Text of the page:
The State of Rhode Island surrounds a spectacular body of water, Narragansett Bay, and all Rhode Islanders live less than an hour from our 400-mile coastline. We have just 39 cities and towns, but more than half of them have harbor commissions. The Ocean State's economy is anchored in the bay and the ocean. Clearly, all Rhode Islanders have a stake in caring for this precious natural resource, and the volunteers of Clean Ocean Access are pitching in wholeheartedly.
What motivated the organizers -- just three individuals -- to act? Uncertainty about how to access the shoreline, which is a constitutional right of all Rhode Islanders. Then in 2006, there was a sewage spill in Easton's Bay....
They could have left it up to officials to deal with the problem, but they decided to do what they could.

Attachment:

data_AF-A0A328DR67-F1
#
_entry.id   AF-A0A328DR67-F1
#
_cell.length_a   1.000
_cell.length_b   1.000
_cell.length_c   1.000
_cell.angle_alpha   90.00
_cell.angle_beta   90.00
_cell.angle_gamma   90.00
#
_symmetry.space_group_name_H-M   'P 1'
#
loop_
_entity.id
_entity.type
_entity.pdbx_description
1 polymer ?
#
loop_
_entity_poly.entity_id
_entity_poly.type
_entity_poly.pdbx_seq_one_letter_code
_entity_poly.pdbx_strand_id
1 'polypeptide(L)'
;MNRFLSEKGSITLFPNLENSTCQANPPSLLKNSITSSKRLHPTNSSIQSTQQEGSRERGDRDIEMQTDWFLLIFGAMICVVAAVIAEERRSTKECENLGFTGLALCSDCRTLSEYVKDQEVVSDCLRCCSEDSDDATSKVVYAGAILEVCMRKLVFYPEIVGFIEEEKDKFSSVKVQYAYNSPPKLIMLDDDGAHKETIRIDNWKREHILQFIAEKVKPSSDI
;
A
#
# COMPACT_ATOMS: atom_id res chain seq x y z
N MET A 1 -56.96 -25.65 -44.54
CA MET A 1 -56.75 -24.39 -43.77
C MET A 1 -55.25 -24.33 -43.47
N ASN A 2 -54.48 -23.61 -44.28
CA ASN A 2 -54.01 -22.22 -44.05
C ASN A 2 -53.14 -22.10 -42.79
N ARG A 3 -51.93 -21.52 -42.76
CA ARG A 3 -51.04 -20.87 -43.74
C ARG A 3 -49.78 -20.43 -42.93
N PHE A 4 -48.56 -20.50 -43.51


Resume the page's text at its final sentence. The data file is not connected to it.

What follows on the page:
And so, what has a small group of folks on Aquidneck Island accomplished since forming Clean Ocean Access in August 2006? From their "About" page:
"With over 4200 people involved on one way or another since our first days, we have conducted over 135 coastal cleanups that removed 56,000 pounds of marine debris and shown quantifiable reduction in marine debris at some locations, collected over 3,500 water samples testing for bacteria levels and alerted any potential water quality issues to appropriate government agencies, and adopted numerous access points in order to protect, preserve and maintain public access to the shorelines."
Read more in the 2013 Clean Ocean Access Annual Report."Although removing this much trash from the shoreline has possibly improved ocean health and had a noticeable positive contribution to beautifying our coastline, the biggest accomplishment of the program is the abundance of friendships and building momentum of positive energy within the entire community."
These folks are having a great time at the beach, and you are invited to join them this Saturday, November 15, in Portsmouth. More cleanups are scheduled in December.
Credit for illustration: Clean Ocean Access website: http://www.cleanoceanaccess.org/wp-content/uploads/2013/04/Clean_3_goals.jpg.